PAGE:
Painting from Elizabeth Taylor estate declared a Frans Hals
Elizabeth Taylor had fabulous taste in jewelry, as Christie’s upcoming sales of material from her estate attests. A few of the paintings she owned were also gems — including a powerful Old Masters portrait of an intense-looking, seated man that she valued when few experts did.
The painting, “Portrait of a Man, Half-Length,” was for decades thought to be by an imitator or student of Frans Hals, the great Dutch painter often compared to Rembrandt for his vigorous, sometimes humorous depictions of the growing merchant class. Now Ben Hall, the head of Christie’s Old Masters department in New York, is making the case that Taylor’s painting was the handiwork of Hals himself. An expert in Hals’ work agrees.
With the change in attribution comes a change in projected value: a canvas that would have likely brought less than $100,000 could now bring $1 million in an Old Masters auction in January.
The re-attribution is an example of the importance of seeing a painting, long known through reproduction, in the flesh. In the 1970s, the painting appeared in scholar Seymour Slive’s catalogue raisonné on Hals — the industry standard for what is and is not authentic — as “doubtful and wrongly attributed.” But Slive only saw the work in a black-and-white reproduction.
Hall, on the other hand, saw the painting in person in July, when it arrived at Christie’s Rockefeller Center warehouse with other material from Taylor’s estate. He said it “packed a real punch — making a tremendous impact from even 20 feet away.”
And on closer inspection, it had some classic Hals touches. “The paint surface has jittery, almost schizophrenic brush strokes. Hals was an artist who loved using oil paint and painted in this loose, almost Impressionistic manner,” says Hall. “And there is tremendous sensitivity in the depiction of the sitter’s face. When you look at followers or imitators, they don’t capture the sitter as well.”
Armed with that response, Hall and his team at Christie’s began to research the work. They also consulted one of the leading scholars on the artist: Pieter Biesboer, who had served as curator of the Netherlands’ Frans Hals museum in Haarlem for 30 years before retiring in 2008.
When he examined the painting in August, Biesboer found resemblances to other Hals portraits from the 1630s, including works in the National Gallery in London and in the Frick Collection in New York. “Most spectacular,” he wrote in a report, is the “application of the highlights around the eyes and the nose and the final touches of the brush in deep ‘ivory black’ pigment in the pupils of the eyes and the separation of the lips, which is so characteristic for the work of Hals and which no other artist was able to imitate successfully.”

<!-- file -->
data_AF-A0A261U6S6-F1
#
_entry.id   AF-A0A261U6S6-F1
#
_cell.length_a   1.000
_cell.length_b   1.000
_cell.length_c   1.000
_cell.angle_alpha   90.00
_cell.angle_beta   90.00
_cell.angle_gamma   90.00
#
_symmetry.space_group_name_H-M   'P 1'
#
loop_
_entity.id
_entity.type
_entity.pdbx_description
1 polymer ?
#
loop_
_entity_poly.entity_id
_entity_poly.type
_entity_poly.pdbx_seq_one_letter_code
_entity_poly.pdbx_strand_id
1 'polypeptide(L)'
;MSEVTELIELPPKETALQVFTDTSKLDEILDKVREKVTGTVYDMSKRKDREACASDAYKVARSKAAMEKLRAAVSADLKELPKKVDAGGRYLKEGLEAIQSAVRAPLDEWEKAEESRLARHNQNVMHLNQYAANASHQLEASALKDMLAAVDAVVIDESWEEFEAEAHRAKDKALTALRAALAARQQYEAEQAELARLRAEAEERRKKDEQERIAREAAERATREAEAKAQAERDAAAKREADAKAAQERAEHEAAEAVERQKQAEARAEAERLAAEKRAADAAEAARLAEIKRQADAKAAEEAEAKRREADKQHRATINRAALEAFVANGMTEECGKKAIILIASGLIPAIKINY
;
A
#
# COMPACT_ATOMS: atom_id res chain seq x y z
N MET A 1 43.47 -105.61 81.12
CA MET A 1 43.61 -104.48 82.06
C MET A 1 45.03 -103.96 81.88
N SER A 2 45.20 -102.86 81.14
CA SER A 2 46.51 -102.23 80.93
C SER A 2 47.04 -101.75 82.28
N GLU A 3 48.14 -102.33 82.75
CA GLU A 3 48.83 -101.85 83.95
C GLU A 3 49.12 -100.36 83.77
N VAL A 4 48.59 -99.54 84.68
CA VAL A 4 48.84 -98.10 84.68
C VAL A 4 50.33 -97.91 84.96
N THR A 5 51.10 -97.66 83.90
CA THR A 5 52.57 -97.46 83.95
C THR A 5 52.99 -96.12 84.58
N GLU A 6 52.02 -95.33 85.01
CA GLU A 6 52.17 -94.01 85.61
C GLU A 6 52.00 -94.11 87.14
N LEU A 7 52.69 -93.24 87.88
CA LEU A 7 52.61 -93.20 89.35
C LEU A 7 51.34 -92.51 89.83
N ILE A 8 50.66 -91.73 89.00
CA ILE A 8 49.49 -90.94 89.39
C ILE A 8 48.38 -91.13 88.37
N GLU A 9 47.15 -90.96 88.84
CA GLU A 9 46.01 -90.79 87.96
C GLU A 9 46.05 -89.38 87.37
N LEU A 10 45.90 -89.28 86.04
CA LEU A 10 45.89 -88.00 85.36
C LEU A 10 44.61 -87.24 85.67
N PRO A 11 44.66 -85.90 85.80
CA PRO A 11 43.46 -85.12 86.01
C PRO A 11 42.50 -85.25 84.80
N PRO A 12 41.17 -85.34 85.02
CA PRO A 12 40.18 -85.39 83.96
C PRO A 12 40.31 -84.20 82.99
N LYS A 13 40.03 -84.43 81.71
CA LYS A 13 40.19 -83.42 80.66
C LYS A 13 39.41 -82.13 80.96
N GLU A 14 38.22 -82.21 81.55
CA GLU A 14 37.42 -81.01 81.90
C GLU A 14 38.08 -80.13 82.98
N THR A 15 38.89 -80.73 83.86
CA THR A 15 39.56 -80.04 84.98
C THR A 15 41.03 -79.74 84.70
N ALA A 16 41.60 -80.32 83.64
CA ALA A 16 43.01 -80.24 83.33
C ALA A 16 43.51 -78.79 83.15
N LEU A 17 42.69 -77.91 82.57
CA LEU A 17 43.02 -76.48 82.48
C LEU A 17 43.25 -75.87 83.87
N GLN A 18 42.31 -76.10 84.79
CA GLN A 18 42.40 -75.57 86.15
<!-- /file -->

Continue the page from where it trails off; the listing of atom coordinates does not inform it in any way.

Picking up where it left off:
Biesboer concluded, “I can declare that the present ‘Portrait of an Unknown Man’ is a fully authentic work by Frans Hals himself.” Reached by telephone, Biesboer added he had “no doubts” about the attribution given his stylistic and technical knowledge of Hals’ paintings. He says he noticed “some abrasion from cleaning and aging,” mainly in the area of the subject’s lap. “But the figure is completely preserved and in wonderful condition.”
At this point, not much is known about Taylor’s relationship to the work. Photographs show that it hung in a prime spot in her Bel Air house — in the living room above the fireplace. Her biographers report that she temporarily installed a Hals, presumably the same one, among other artworks in her hospital room in 1956 when she had a minor operation.
The back of the painting bears a label from the prestigious London art gallery Thomas Agnew and Sons. The New York gallery of Howard Young — where Taylor’s father, art dealer Francis Lenn Taylor, worked — acquired it from Agnew’s in the 1950s. It is not clear whether Taylor’s father bought it for her or simply brought it to her attention.
“There was some suggestion it was a wedding present on her first marriage,” says Hall at Christie’s, who is still documenting the painting’s history and is also trying to identify the sitter. “But now we don’t think that was the case.”
Re-attributions occur relatively frequently with Old Masters artists like Rembrandt and Hals. They were popular enough in their lifetime that artists imitated their style — and valuable enough that later collectors and dealers had financial incentive to pass off such imitations as the real thing. Biesboer says he has seen eight other Hals re-attributions in the last decade.
Yet scholars make re-attributions of artworks from other periods as well. And in one case, Taylor’s judgment might not hold up so well. A Modigliani or Modigliani look-alike that also graced the walls of her home is not appearing in a Christie’s sale because it has not been authenticated.
Marc Porter, chairman of Christie’s Americas, will not go so far as to call the painting a fake. The field of Modigliani attributions is hotly contested, he says, while a new catalogue raisonné is in the works. But selling Taylor’s painting is clearly a risk that Christie’s wasn’t willing to take.
“So many collectors of her generation have bought Modiglianis that in this time period can’t be authenticated,” Porter says. “There are dozens of Modiglianis waiting to be established.”
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